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Collecting Your Receivables When Your Customer Are Having Cash Flow Issues

“You must get control of your account receivables”
- United Mediation Services

10 years, you have seen recessions before. The Internet bubble burst in 2000; there was a recession in the early 90s; the early 80s saw a recession and sky-high interest rates. Some will remember the problems of the 70s.

Economic downturns are cyclical and expected; but that does not make collecting receivables any easier. Bankruptcy rates for businesses rose 41 percent between 2007 and 2008, with the 2008 to 2009 expected to be even higher, according to a U.S. Courts news release, including:

  • Chapter 7 filings up 36.7 percent
  • Chapter 11 filings up 30.6 percent.

For an example, In Hawaii, bankruptcies rose 49.3 percent to 3,201 in 2009 from 2,077 in the previous year, according to final data released yesterday from U.S. Bankruptcy Court. 

What is a business owner to do? With everything else we have to worry about, these are scary figures for a company trying to get paid, pay employees and suppliers, and stay in business themselves.

"The biggest issue is managing the company's cash flow; knowing if and when you have been paid," says John Pillow, managing partner & CEO. "It's hard to manage the financial commitments for your business if you don't know how you’re your customers are doing; and if and when the money is coming in."

Cash will continue to be tight for America’s small-business owners in 2010 as banks are held to tighter standards, making it difficult to get startup capital or to expand existing enterprises.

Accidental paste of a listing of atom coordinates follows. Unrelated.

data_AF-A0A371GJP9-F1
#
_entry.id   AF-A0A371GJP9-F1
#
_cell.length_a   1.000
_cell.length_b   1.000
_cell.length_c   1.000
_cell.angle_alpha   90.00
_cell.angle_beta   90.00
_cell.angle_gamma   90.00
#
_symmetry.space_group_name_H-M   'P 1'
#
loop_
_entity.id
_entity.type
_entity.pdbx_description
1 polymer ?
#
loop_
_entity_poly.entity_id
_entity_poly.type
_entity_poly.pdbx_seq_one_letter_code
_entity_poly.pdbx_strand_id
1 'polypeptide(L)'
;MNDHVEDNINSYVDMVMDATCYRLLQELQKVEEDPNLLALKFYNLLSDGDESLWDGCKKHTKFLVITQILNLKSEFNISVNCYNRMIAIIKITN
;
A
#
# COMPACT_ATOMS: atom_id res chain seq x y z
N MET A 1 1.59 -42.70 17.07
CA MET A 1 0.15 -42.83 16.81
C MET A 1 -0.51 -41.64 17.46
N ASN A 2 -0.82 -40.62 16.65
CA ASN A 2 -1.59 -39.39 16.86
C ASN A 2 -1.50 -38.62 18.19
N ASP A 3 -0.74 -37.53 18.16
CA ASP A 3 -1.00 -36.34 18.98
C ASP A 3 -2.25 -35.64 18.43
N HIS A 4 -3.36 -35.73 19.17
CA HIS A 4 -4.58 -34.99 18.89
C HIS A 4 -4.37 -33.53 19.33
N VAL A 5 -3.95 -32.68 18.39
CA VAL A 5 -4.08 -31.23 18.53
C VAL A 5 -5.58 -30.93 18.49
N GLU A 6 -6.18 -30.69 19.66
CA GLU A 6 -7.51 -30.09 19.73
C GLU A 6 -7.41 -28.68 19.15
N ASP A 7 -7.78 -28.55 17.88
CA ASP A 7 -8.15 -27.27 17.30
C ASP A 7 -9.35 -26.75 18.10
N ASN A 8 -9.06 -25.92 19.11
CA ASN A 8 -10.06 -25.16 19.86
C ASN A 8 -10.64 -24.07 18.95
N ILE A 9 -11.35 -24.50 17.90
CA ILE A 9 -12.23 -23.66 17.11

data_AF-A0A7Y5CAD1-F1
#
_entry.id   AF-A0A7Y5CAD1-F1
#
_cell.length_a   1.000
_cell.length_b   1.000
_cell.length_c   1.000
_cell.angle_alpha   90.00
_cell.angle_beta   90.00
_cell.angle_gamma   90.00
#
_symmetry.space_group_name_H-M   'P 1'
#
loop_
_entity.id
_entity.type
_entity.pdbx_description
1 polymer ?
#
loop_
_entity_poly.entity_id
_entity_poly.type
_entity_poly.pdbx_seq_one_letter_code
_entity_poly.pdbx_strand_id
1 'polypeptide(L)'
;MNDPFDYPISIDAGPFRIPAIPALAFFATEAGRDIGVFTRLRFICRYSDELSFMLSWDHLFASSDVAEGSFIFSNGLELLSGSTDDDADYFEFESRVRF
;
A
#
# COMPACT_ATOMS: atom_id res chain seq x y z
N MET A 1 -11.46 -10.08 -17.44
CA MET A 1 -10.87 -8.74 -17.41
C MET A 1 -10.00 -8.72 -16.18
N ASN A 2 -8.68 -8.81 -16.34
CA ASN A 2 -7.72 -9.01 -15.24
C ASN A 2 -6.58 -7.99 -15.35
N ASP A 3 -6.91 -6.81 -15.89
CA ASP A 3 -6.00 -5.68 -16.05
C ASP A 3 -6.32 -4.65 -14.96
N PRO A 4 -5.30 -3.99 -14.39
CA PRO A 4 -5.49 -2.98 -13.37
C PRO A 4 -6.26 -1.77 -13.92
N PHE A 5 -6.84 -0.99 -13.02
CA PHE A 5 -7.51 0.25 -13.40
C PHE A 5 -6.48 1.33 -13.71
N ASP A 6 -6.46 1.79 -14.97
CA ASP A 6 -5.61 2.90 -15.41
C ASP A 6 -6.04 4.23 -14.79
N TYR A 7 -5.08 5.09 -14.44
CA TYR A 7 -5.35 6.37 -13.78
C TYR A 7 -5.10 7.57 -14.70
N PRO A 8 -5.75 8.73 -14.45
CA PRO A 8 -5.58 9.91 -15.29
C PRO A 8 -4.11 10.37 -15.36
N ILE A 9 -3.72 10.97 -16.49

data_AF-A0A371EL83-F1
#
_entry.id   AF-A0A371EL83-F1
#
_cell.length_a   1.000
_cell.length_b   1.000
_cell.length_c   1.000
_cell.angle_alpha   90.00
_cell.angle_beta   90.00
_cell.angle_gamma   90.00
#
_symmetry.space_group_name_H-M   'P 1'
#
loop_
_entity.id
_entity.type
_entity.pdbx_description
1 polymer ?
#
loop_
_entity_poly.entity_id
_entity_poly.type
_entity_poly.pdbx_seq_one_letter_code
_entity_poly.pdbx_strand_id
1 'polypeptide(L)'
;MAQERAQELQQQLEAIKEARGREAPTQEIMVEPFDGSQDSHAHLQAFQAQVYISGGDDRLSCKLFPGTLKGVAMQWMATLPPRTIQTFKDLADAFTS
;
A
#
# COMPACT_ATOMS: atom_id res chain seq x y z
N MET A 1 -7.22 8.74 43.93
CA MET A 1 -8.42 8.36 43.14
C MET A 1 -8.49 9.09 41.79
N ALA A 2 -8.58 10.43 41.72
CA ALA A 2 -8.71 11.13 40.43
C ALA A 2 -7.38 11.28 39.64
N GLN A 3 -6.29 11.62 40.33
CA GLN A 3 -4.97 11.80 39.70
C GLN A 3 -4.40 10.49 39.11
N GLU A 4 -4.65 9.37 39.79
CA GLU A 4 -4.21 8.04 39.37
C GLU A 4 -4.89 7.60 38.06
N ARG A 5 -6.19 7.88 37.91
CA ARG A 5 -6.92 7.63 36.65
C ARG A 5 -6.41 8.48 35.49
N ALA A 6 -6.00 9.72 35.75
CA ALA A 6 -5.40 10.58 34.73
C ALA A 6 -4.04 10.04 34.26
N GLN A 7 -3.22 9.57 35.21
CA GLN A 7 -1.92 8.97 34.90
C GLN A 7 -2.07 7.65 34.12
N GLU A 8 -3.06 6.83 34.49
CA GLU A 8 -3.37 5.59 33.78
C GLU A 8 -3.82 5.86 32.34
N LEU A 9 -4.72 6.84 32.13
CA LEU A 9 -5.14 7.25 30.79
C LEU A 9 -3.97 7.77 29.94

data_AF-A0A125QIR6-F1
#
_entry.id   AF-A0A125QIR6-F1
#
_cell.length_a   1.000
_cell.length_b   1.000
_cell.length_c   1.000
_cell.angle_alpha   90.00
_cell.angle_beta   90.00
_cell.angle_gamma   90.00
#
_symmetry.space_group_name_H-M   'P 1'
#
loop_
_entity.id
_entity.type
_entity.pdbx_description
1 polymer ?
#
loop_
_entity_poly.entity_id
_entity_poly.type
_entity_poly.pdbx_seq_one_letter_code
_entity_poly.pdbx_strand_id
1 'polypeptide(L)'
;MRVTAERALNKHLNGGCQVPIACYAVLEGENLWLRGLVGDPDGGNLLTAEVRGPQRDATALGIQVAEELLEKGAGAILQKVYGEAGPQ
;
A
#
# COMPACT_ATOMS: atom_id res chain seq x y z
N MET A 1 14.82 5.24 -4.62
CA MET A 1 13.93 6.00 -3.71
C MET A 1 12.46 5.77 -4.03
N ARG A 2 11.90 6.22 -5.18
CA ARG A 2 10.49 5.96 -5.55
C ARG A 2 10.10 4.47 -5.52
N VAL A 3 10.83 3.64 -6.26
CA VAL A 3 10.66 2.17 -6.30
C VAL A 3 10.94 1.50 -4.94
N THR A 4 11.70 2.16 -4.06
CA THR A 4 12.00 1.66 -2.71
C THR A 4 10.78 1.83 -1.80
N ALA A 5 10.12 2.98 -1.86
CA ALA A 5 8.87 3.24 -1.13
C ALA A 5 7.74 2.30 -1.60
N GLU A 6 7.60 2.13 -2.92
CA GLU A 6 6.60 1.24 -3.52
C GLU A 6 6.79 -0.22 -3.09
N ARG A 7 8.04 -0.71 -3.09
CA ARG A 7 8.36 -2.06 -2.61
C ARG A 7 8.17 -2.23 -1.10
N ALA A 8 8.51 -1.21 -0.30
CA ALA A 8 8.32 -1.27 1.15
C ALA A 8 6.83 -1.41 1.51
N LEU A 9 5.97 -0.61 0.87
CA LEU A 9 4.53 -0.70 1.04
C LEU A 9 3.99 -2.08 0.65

In order to fight tight cash small businesses must manage the cash flow, the receivables need to keep coming, even if the customers are suffering poor cash flow themselves.

There are six major points to keep in mind for collecting those ever-important receivables, even in hard times:

  1. Stay in constant contact with the customers who owe you money.
    If a customer has limited cash, they'll pay the people that are pushing for the money before the people who are not. Commonly called the “Squeaking Wheel”. Call the customers, be nice and professional, and build that relationship over the phone. At some point human nature takes over, and the customer will think, 'I wish that person would stop calling me,' and the account will get paid.

  2. Study the payment history of your customers, and take note if any start to change.
    “If a company usually pays in 34 days, but one month pays in 38 days, and the next month pays in 41 days, concentrate on that company,” said Pillow. "Patterns–Patterns–Patterns. You have to be constantly watching how your customers are doing and watch the aging of receivables and looking for weak account debtors. Make sure you collect from them."

    And for those accounts that have been slow to pay for the entire time they have been your clients, maintain good contacts with that company, and be sensitive to their business needs. Let them know in a firm but nice way that you have business needs as well. "Find that common ground for a WIN-WIN-WIN situation to work through those business issues," said Pillow.

  3. Consider adopting some consumer collections practices. In the past, businesses have hesitated to implement procedures used on the consumer side. B2B collections have not always been lenient for working out various terms, so businesses might not know they have options. Work out a plan with the customer, suggests Pillow, such as the ability to take a credit card or to spread out payments over time. As a last resort, consider a settlement plan to accept an amount less than what is owed, with the theory being that some money collected is better than none.

    “Determining whether a client has the ability to pay, or the desire to pay is an art, not a science. I think something is better than nothing," says Pillow. Utilize various tools to assess a customer's health, including commercial credit reports and Dun & Bradstreet reports to make an educated call about whether the business is in financial distress or not. Keep track of how your clients are doing.

  4. Know what NOT to do.